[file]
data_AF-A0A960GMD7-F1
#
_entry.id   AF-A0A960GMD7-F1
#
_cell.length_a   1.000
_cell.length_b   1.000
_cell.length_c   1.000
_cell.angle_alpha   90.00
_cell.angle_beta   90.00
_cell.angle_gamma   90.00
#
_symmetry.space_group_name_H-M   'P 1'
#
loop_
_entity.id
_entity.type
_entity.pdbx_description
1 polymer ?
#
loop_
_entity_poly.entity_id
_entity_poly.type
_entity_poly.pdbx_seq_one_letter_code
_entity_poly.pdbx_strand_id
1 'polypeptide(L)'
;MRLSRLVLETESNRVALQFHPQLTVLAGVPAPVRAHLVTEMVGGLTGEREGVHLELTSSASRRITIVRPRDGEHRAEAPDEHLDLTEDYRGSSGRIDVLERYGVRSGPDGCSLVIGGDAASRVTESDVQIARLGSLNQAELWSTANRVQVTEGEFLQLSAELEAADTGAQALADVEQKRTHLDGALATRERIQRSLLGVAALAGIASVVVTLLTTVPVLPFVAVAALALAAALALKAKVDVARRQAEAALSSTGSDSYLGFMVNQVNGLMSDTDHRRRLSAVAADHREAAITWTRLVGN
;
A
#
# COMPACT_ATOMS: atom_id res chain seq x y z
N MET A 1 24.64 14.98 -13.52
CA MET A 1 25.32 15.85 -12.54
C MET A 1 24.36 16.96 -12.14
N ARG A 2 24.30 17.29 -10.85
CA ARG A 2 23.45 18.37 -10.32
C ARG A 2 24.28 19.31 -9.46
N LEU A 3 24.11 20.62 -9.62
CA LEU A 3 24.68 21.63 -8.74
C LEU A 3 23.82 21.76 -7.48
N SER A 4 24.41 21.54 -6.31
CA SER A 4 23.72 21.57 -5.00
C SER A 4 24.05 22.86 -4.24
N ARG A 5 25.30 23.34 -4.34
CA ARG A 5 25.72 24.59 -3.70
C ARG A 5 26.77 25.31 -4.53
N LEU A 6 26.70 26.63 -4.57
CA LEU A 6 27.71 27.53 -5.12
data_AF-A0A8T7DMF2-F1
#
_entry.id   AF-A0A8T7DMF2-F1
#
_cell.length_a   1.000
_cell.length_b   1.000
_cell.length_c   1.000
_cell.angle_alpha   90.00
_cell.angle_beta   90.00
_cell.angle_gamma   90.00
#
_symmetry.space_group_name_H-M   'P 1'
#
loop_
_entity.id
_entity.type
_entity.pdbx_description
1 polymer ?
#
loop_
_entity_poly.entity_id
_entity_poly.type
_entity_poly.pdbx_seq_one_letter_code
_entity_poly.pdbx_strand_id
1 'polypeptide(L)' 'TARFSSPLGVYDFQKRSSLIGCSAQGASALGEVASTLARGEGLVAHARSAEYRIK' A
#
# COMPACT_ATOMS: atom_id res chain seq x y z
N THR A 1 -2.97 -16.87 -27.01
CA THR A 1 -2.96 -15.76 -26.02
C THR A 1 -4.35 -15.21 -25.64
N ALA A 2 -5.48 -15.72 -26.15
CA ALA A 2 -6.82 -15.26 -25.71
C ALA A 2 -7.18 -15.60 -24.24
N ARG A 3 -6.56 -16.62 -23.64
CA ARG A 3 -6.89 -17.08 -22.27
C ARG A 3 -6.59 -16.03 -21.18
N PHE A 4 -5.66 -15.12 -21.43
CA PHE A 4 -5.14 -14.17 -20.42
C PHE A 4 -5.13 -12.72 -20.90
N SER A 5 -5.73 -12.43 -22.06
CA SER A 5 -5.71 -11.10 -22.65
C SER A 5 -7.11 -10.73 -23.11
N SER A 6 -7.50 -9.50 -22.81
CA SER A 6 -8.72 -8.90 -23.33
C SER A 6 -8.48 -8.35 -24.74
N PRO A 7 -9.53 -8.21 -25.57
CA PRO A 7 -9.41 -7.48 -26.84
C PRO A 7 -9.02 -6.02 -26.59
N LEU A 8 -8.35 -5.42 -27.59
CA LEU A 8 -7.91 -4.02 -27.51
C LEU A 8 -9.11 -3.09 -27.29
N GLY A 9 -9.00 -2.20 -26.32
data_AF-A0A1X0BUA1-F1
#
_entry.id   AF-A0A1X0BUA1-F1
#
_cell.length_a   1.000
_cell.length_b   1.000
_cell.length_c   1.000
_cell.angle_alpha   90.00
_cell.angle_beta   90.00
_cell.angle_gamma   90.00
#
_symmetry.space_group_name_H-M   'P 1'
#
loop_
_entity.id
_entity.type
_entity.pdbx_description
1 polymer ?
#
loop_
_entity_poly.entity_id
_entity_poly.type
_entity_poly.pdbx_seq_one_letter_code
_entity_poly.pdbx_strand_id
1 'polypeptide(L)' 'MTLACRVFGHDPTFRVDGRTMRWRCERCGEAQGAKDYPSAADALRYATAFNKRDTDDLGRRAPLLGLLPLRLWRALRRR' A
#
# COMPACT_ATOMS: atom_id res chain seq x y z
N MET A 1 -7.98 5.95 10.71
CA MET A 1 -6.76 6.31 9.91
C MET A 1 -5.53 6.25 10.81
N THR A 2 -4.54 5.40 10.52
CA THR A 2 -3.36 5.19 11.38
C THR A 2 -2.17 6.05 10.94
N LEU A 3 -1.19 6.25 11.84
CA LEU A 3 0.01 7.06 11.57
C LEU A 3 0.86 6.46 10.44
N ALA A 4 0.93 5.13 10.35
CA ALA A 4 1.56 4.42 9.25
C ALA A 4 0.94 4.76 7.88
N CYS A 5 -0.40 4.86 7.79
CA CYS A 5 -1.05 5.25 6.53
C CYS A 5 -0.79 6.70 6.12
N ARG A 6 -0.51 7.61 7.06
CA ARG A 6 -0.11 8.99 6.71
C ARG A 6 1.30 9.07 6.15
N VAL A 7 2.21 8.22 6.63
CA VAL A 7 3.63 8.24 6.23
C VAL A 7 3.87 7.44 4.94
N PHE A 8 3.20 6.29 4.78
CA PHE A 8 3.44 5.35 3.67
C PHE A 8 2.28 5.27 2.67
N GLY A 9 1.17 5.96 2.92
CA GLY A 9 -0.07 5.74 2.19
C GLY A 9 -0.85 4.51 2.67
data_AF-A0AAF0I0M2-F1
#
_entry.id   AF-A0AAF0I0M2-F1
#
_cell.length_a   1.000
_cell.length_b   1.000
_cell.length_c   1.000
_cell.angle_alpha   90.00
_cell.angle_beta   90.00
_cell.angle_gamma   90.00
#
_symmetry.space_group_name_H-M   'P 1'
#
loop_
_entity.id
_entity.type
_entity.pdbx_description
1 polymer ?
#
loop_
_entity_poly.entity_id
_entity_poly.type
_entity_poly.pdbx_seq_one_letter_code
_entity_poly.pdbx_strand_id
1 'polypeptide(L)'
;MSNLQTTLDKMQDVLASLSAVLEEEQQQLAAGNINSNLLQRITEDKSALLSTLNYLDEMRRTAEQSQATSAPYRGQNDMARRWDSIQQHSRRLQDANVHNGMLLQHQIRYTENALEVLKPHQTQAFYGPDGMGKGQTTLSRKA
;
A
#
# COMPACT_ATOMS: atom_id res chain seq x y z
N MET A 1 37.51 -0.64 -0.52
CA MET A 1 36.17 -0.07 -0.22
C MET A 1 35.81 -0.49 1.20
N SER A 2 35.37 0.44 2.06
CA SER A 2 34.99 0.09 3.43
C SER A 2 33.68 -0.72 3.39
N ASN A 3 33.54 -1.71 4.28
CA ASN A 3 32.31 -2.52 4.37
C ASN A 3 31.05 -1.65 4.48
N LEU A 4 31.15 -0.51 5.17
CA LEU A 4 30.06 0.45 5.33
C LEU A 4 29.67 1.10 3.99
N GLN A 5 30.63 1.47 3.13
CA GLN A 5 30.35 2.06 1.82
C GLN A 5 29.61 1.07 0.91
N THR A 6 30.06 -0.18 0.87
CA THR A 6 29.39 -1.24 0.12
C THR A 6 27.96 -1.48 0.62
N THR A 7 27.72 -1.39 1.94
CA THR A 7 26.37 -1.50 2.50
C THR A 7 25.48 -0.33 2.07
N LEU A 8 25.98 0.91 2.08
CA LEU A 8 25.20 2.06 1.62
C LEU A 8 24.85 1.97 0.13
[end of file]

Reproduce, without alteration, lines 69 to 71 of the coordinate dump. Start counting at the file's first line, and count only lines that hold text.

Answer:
_entity_poly.type
_entity_poly.pdbx_seq_one_letter_code
_entity_poly.pdbx_strand_id